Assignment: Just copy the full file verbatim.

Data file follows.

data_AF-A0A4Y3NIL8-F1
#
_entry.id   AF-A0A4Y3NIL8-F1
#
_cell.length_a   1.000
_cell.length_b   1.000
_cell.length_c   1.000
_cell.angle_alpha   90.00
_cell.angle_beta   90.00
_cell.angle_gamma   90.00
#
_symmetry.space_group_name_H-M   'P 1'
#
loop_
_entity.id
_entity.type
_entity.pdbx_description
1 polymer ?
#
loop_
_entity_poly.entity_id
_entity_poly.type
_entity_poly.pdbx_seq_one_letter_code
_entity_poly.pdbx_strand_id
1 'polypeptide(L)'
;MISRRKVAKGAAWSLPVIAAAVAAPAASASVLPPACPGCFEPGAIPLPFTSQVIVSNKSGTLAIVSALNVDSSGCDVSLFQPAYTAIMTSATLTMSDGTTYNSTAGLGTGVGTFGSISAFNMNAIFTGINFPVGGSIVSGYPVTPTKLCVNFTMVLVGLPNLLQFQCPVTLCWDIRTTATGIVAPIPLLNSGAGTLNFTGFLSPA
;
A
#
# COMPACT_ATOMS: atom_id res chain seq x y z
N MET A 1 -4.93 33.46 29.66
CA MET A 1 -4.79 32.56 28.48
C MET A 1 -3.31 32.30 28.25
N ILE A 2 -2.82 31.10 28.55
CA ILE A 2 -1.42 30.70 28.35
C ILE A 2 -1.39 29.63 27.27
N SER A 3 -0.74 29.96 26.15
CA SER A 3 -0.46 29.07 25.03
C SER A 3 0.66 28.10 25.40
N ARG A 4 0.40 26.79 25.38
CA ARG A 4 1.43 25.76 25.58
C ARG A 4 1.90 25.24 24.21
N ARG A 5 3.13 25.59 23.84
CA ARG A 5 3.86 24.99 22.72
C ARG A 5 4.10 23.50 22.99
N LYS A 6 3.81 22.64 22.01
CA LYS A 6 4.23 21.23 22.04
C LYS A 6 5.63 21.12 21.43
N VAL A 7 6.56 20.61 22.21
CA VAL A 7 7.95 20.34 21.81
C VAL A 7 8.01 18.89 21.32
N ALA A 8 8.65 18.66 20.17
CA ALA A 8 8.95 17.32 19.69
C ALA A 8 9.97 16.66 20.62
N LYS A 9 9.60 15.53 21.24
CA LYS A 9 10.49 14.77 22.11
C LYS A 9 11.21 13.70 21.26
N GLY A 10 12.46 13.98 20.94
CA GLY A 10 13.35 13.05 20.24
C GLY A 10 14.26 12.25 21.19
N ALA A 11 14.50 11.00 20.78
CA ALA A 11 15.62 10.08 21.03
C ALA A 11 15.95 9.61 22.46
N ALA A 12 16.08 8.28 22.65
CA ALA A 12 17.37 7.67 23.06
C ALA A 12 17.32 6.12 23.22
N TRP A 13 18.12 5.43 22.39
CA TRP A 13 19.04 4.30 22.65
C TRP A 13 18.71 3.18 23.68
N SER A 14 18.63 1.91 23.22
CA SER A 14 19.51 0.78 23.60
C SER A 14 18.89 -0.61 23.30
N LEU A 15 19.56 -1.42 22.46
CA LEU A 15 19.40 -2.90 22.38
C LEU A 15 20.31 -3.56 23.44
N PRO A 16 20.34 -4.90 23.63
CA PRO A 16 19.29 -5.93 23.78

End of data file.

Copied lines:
data_AF-A0A4Y3NIL8-F1
#
_entry.id   AF-A0A4Y3NIL8-F1
#
_cell.length_a   1.000
_cell.length_b   1.000
_cell.length_c   1.000
_cell.angle_alpha   90.00
_cell.angle_beta   90.00
_cell.angle_gamma   90.00
#
_symmetry.space_group_name_H-M   'P 1'
#
loop_
_entity.id
_entity.type
_entity.pdbx_description
1 polymer ?
#
loop_
_entity_poly.entity_id
_entity_poly.type
_entity_poly.pdbx_seq_one_letter_code
_entity_poly.pdbx_strand_id
1 'polypeptide(L)'
;MISRRKVAKGAAWSLPVIAAAVAAPAASASVLPPACPGCFEPGAIPLPFTSQVIVSNKSGTLAIVSALNVDSSGCDVSLFQPAYTAIMTSATLTMSDGTTYNSTAGLGTGVGTFGSISAFNMNAIFTGINFPVGGSIVSGYPVTPTKLCVNFTMVLVGLPNLLQFQCPVTLCWDIRTTATGIVAPIPLLNSGAGTLNFTGFLSPA
;
A
#
# COMPACT_ATOMS: atom_id res chain seq x y z
N MET A 1 -4.93 33.46 29.66
CA MET A 1 -4.79 32.56 28.48
C MET A 1 -3.31 32.30 28.25
N ILE A 2 -2.82 31.10 28.55
CA ILE A 2 -1.42 30.70 28.35
C ILE A 2 -1.39 29.63 27.27
N SER A 3 -0.74 29.96 26.15
CA SER A 3 -0.46 29.07 25.03
C SER A 3 0.66 28.10 25.40
N ARG A 4 0.40 26.79 25.38
CA ARG A 4 1.43 25.76 25.58
C ARG A 4 1.90 25.24 24.21
N ARG A 5 3.13 25.59 23.84
CA ARG A 5 3.86 24.99 22.72
C ARG A 5 4.10 23.50 22.99
N LYS A 6 3.81 22.64 22.01
CA LYS A 6 4.23 21.23 22.04
C LYS A 6 5.63 21.12 21.43
N VAL A 7 6.56 20.61 22.21
CA VAL A 7 7.95 20.34 21.81
C VAL A 7 8.01 18.89 21.32
N ALA A 8 8.65 18.66 20.17
CA ALA A 8 8.95 17.32 19.69
C ALA A 8 9.97 16.66 20.62
N LYS A 9 9.60 15.53 21.24
CA LYS A 9 10.49 14.77 22.11
C LYS A 9 11.21 13.70 21.26
N GLY A 10 12.46 13.98 20.94
CA GLY A 10 13.35 13.05 20.24
C GLY A 10 14.26 12.25 21.19
N ALA A 11 14.50 11.00 20.78
CA ALA A 11 15.62 10.08 21.03
C ALA A 11 15.95 9.61 22.46
N ALA A 12 16.08 8.28 22.65
CA ALA A 12 17.37 7.67 23.06
C ALA A 12 17.32 6.12 23.22
N TRP A 13 18.12 5.43 22.39
CA TRP A 13 19.04 4.30 22.65
C TRP A 13 18.71 3.18 23.68
N SER A 14 18.63 1.91 23.22
CA SER A 14 19.51 0.78 23.60
C SER A 14 18.89 -0.61 23.30
N LEU A 15 19.56 -1.42 22.46
CA LEU A 15 19.40 -2.90 22.38
C LEU A 15 20.31 -3.56 23.44
N PRO A 16 20.34 -4.90 23.63
CA PRO A 16 19.29 -5.93 23.78